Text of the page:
Visit us on Google+ googlee60acfabd67878db.html

Swot Analysis – A User's Guide!

First things first, what exactly is a swot analysis, or swot, and why exactly should you do one?

A SWOT analysis helps you establish where you are right now with your business and which directions you can go in – and which you shouldn’t.

Once you know how to do a swot analysis, they are an incredibly useful tool to use in your business life (and possibly in other areas of your life too!). Every professional marketer out there will carry out a swot analysis before they come up with any great marketing ideas, strategies or plans.

A swot analysis can give you all sorts of hidden gems that you have within your business. Once you’ve uncovered your gems, you just need to polish them up and put them to work.

Definition of a SWOT

Very simply, a swot analysis is a breakdown (or analysis) of your Strengths, Weaknesses, Opportunities and Threats.

And, in particular, those strengths, weaknesses, opportunities and threats that relate to you and your business.

How do I do one?

Good question.

Get a piece of paper and divide it into quadrants (ie draw a line down the middle from top to bottom, and a line across the middle from left to right so you end up with four squares).

In your top left hand square write ‘Strengths’ along the top (where you would write a title for that quadrant);
In your top right hand square write ‘Weaknesses';
In your bottom left hand square write ‘Opportunities';
In your bottom right hand square write ‘Threats’.

You should now have four squares with a title across the top of each square.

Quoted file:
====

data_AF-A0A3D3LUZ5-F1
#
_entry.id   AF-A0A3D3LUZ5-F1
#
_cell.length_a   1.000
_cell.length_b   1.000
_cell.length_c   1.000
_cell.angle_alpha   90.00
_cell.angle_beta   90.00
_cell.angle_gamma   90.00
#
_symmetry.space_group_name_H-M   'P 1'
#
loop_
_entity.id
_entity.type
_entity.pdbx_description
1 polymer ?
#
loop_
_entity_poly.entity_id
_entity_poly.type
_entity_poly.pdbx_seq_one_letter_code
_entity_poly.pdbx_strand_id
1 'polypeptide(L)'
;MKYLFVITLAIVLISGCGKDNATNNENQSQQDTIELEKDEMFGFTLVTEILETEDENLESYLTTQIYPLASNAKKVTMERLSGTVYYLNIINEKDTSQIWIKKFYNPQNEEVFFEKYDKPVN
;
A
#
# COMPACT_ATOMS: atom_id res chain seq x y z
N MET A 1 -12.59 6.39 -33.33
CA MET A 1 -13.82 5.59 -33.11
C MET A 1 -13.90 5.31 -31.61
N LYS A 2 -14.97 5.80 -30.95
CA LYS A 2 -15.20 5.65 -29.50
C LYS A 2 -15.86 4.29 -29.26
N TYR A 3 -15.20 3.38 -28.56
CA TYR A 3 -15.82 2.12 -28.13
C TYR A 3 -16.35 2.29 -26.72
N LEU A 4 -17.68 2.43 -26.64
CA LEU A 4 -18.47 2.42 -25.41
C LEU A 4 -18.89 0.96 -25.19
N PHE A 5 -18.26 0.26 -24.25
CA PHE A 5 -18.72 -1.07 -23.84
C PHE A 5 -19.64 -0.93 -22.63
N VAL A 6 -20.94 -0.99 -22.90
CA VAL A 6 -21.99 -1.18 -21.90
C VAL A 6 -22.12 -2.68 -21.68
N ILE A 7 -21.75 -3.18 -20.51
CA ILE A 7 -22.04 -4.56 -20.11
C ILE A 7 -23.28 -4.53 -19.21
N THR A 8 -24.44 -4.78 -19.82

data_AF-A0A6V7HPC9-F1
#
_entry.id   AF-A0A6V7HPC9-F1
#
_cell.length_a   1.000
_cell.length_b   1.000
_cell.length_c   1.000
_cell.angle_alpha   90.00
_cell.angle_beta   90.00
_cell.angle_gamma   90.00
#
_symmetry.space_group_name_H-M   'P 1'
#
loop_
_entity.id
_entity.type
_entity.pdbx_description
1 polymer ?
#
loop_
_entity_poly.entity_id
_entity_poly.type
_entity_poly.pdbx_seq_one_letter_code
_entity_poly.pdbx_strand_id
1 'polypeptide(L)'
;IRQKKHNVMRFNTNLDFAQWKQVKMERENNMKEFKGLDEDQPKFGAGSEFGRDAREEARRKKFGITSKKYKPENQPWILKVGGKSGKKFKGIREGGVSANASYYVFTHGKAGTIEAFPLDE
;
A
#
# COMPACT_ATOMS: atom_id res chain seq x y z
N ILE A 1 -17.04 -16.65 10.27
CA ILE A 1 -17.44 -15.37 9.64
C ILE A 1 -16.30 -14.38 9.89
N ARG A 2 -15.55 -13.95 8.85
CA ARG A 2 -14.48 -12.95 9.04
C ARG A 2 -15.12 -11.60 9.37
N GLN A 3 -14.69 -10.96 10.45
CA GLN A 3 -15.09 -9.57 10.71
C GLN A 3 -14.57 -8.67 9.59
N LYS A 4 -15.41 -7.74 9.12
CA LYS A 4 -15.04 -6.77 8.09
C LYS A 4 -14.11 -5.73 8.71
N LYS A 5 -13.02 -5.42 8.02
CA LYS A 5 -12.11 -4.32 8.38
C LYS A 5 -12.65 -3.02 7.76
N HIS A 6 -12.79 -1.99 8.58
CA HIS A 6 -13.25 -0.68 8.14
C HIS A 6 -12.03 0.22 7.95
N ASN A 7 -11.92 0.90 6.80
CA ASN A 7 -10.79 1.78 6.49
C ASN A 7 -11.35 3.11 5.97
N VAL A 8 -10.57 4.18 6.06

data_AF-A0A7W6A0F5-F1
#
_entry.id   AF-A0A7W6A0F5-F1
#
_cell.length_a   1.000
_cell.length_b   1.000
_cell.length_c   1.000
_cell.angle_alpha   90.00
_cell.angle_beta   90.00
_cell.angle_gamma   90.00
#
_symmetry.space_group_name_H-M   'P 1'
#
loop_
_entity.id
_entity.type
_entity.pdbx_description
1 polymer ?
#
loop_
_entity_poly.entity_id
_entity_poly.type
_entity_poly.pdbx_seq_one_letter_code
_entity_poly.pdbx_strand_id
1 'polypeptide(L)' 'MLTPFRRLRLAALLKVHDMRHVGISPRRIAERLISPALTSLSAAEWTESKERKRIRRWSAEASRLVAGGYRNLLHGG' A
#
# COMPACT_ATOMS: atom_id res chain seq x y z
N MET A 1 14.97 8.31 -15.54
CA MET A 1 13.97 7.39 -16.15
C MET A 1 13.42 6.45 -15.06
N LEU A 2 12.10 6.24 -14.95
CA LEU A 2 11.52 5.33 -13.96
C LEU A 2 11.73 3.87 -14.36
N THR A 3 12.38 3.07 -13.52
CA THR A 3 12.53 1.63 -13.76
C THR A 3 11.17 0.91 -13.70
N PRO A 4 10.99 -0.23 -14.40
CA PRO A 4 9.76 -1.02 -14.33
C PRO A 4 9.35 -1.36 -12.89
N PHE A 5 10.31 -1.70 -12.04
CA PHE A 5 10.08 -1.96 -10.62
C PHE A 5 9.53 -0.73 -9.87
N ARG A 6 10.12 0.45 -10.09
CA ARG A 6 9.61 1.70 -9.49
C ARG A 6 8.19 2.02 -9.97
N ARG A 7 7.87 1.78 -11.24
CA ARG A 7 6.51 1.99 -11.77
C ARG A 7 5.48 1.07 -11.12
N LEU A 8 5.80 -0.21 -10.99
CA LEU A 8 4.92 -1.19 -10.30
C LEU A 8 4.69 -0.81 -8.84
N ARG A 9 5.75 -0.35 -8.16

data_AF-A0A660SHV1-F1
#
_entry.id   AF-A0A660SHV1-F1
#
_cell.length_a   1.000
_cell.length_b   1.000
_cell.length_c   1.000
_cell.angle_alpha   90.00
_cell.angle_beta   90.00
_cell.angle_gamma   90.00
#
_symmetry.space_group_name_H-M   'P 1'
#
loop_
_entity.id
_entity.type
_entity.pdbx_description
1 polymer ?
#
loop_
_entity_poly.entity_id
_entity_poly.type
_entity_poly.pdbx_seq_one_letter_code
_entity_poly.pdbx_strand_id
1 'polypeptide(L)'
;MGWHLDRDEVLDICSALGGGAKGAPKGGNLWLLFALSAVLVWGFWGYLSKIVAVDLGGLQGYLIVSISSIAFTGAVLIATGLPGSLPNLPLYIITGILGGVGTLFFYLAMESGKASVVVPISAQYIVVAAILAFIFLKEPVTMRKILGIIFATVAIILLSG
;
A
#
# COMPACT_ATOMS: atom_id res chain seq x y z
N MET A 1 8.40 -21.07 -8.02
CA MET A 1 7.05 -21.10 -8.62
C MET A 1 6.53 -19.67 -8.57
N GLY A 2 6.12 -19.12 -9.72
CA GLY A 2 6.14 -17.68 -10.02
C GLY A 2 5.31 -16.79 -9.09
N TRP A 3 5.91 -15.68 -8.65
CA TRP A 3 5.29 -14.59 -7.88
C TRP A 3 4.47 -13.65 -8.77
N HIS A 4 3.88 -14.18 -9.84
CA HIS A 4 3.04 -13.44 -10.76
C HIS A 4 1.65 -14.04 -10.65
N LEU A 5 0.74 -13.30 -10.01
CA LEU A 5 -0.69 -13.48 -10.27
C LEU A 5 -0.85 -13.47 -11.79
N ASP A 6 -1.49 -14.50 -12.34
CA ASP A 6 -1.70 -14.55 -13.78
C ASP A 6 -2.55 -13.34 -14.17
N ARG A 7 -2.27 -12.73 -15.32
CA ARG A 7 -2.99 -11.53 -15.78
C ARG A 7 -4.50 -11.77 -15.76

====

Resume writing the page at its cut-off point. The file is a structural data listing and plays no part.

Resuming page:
Now it’s time for a bit of brain storming (or is it a thought shower these days?). Anyway, time to get thinking.

In your Strengths square, write a list of all the good, positive things you can think of about you (yes, you as an individual), your company, your company’s products or service.

By the way, this is becomes part of your own personal marketing plan, and you can say what you want here, in your own words. No-one else will have to read it. So feel free to get carried away with how wonderful you are, your company is and so on.

Write as many things as you can think of.

Run out of things to put? What about your skills? What comes naturally to you? What is so easy for you to do that you think everyone should be able to do it? What are your passions? What do get on your soapbox about?

Let’s move on to your Weaknesses square.

This is where you write a list of all the things that you’re not good at (yes, we all have them and it’s OK!); as well as the things that you really dislike doing, or find boring to do, even though you may actually be good at doing them.

Be honest (it’s OK, no-one is going to read this list!). It’s important to know your weak points so that you can develop strategies to do something about them. Or, even better, play to your strengths.

Although this forms part of your business and marketing plan, you shouldn’t just concentrate on your business weaknesses. Your business is a reflection of you, and should be congruent with who you are and allow you to run it authentically. You do therefore need to understand the good points about you and your business, as well as the “˜bad’.

You also need to think about weaknesses in relation to your company, your products and/or your services. Can’t think of any? Has anyone heard of your company? Can customers buy products on the internet? You don’t clearly communicate what you do? People don’t buy when they get to your website?

Again, write as many things as you can come up with.

On to your Opportunities square.

This is your place for untapped potential.